4th Year Open Design Project

I am a Senior at Auburn University and am faced with the great opportunity to design anything I want for my studio. Up until now all my classes have been sponsored by various companies (EASTMAN, Dell, Yellawood). Now I have the opportunity to design anything I can imagine. The problem is I do not want to screw up this opportunity and I want to make sure I do a project that can make an extreme impact in my portfolio. Right now my projects in my portfolio lack form, detail, and numerous other things. I want to make sure I take full advantage of my opportunities and do a project that takes me through th whole design process and ends with a great solution.

I am just returning from an internship with TTI (Ryobi) in South Carolina and now know what is expected of me in the design field. I guess my question after all of this is, how do you find a problem to solve when the possibilities are wide open? I have brainstormed and have pages upon pages of ideas, but I want to know what other peoples processes towards design are. So any thoughts on this would be greatly appreciated.

Well, I haven’t been where you are now since I’m only a junior, but my advice would be just pick a subject and start doing research. I don’t remember who said it first - it’s on Bruce Mau’s “incomplete manifesto for growth” - but I would say ‘start anywhere.’

Secondly, make it something you’re passionate about. Make it something that represents you as a designer and person.

I look at the immediate people around me, friends/family and see what they struggle with, what’s badly designed. My Gran struggles to get into packaging, struggles to get out of the bath, do her shoe laces up, grip her cutlery, carry heavy pans of boiling water, fill a kettle, put her socks on. struggles to understand/use a mobile phone or the DVD player. It isn’t glamorous, but one day I’m going to be in her shoes (not literally) and whatever I can do to make things easier, will not only help her, but also help me in the future. Whats good about designing for her, is I have first hand resource, I can get information straight from the horses mouth, I can test my designs on her and her friends, watch them interact with models etc (beware of positive feedback about bad concepts - old family members don’t like giving negative comments to their grandsons). This has been done before, Its an oldie but a goodie.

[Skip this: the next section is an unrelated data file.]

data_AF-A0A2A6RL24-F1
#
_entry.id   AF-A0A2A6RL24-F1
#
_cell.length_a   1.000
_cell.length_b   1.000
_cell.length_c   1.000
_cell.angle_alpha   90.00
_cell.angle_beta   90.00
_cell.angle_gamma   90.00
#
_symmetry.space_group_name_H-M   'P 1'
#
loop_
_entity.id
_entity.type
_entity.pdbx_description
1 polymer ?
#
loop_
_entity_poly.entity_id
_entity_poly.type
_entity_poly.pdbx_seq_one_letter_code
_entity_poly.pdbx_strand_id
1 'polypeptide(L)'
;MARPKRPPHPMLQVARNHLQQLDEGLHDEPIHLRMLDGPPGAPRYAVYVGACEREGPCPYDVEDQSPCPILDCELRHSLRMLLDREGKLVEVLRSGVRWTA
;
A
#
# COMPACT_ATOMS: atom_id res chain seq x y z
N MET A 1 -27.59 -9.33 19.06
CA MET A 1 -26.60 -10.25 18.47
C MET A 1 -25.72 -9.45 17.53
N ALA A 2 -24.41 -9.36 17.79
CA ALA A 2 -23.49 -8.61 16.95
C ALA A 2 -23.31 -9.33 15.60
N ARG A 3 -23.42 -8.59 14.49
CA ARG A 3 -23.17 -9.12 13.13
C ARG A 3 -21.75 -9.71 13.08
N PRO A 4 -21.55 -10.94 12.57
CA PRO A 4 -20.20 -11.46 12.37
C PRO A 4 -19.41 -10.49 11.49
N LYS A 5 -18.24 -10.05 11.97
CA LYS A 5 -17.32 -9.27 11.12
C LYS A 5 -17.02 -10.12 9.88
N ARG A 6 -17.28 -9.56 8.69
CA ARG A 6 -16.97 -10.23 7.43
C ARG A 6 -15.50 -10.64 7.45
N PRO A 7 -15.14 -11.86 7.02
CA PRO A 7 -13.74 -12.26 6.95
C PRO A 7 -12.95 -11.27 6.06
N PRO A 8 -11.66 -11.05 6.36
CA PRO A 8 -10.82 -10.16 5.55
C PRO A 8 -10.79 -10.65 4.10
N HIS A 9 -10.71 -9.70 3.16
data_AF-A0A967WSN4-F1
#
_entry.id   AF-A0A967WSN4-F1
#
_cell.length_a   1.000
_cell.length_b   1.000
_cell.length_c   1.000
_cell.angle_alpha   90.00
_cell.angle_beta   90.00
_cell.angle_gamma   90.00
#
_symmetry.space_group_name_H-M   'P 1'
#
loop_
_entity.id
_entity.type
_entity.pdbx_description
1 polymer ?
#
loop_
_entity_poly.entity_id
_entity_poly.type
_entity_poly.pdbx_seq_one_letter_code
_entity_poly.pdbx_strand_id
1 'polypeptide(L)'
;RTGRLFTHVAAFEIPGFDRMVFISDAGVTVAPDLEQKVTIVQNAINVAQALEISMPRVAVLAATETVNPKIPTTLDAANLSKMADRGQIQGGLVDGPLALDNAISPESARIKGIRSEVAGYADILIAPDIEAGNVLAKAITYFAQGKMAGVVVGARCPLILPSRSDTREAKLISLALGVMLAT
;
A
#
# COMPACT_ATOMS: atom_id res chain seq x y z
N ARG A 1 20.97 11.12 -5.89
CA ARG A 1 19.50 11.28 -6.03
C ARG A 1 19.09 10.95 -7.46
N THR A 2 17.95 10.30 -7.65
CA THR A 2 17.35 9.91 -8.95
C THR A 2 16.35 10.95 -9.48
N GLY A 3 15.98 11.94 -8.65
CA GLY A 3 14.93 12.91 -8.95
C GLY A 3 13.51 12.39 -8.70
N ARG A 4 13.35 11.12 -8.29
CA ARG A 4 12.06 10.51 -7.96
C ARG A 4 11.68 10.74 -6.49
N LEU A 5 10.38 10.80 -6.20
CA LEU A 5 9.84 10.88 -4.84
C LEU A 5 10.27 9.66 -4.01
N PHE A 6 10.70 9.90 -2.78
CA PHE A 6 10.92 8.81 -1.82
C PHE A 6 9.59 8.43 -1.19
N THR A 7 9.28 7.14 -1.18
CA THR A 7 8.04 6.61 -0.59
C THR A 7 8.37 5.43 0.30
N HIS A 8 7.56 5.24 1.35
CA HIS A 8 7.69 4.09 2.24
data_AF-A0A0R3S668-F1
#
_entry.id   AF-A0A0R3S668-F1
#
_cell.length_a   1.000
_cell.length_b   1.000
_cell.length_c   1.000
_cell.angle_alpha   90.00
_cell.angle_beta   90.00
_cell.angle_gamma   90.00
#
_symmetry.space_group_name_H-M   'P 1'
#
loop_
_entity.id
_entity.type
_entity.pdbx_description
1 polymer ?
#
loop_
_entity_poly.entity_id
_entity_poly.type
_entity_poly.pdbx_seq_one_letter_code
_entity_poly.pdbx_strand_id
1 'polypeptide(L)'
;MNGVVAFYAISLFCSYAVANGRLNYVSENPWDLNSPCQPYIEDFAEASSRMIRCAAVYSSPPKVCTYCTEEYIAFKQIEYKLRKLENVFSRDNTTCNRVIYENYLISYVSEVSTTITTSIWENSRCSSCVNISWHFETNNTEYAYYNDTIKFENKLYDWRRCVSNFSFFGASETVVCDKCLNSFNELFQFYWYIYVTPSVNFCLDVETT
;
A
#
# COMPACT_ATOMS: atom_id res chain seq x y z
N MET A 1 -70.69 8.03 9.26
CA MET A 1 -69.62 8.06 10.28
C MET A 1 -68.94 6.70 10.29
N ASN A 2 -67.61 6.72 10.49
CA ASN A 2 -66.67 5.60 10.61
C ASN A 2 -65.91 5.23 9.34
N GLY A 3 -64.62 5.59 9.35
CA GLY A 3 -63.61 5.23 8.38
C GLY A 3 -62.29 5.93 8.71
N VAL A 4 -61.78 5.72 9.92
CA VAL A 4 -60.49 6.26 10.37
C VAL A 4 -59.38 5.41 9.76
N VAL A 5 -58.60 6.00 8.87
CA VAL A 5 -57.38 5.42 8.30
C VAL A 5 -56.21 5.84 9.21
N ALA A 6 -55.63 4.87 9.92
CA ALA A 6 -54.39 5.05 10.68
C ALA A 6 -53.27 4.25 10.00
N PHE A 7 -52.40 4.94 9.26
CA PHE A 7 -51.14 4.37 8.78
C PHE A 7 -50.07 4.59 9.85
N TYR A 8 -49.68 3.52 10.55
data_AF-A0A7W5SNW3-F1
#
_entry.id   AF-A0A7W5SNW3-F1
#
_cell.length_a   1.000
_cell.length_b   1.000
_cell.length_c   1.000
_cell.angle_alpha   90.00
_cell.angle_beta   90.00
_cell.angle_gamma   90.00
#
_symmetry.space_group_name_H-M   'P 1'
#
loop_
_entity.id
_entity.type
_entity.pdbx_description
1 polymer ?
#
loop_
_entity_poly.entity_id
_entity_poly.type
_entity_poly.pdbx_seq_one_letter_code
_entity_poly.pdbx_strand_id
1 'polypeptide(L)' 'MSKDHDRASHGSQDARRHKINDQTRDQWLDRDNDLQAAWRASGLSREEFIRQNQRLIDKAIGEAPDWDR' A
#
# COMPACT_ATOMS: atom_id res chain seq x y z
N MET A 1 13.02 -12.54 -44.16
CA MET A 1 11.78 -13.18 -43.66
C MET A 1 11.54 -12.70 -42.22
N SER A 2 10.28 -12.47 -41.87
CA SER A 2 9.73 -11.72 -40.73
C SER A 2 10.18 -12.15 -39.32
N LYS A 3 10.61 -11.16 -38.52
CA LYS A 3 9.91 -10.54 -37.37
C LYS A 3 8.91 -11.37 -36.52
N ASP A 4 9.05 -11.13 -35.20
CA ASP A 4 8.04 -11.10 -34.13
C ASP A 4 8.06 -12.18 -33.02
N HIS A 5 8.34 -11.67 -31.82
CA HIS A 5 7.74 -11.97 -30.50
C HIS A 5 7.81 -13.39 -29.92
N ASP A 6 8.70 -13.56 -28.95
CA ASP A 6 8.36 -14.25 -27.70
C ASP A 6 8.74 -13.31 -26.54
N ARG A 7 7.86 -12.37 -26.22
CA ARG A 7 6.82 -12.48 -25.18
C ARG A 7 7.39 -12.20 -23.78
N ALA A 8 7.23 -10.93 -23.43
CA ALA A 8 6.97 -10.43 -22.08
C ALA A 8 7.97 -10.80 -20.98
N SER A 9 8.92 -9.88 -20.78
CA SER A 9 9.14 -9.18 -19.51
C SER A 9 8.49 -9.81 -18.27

I agree. I would look at what your interests are and go from there. This will insure that you will not get overwhelmed or bored in your project. It will also allow you to solve a problem that effect you personally.

Another way to look at it is look at the world around you and what problem can you solve through design. One that I always thought would be a great senior project for someone would be to redesign the interior of a cop car. There a ton of touch points and it is not very user friendly, not to mention it would be cool research with the ride alongs.

Thanks guys, I have been brainstorming for a week about all those things you all mentioned. Problems around me and what things I may want to design, going to the library, talking with each and every professor about their opinions on projects and ideas and I really think I am making progress. I am making progress towards finding a project that I can take ownership of and really make a difference on a problem with design. It’s a very exciting time and I appreciate all of you guys input!

Yup pick an area is the best bet.

I spent weeks trapsing through newspapers, magazines, books watching friends familes for problems…

The best bit of success i had was just going and observing in quite broad areas and seeing things from a new perspective

e.g i went to a firestation put all the equipment had a crash course in the training and highlighted lots of problems just from spening a 3 days down there. - all be it i decided not to do this project my point being reading imo is a waste of time, you have to see and do to put yourself in the users position.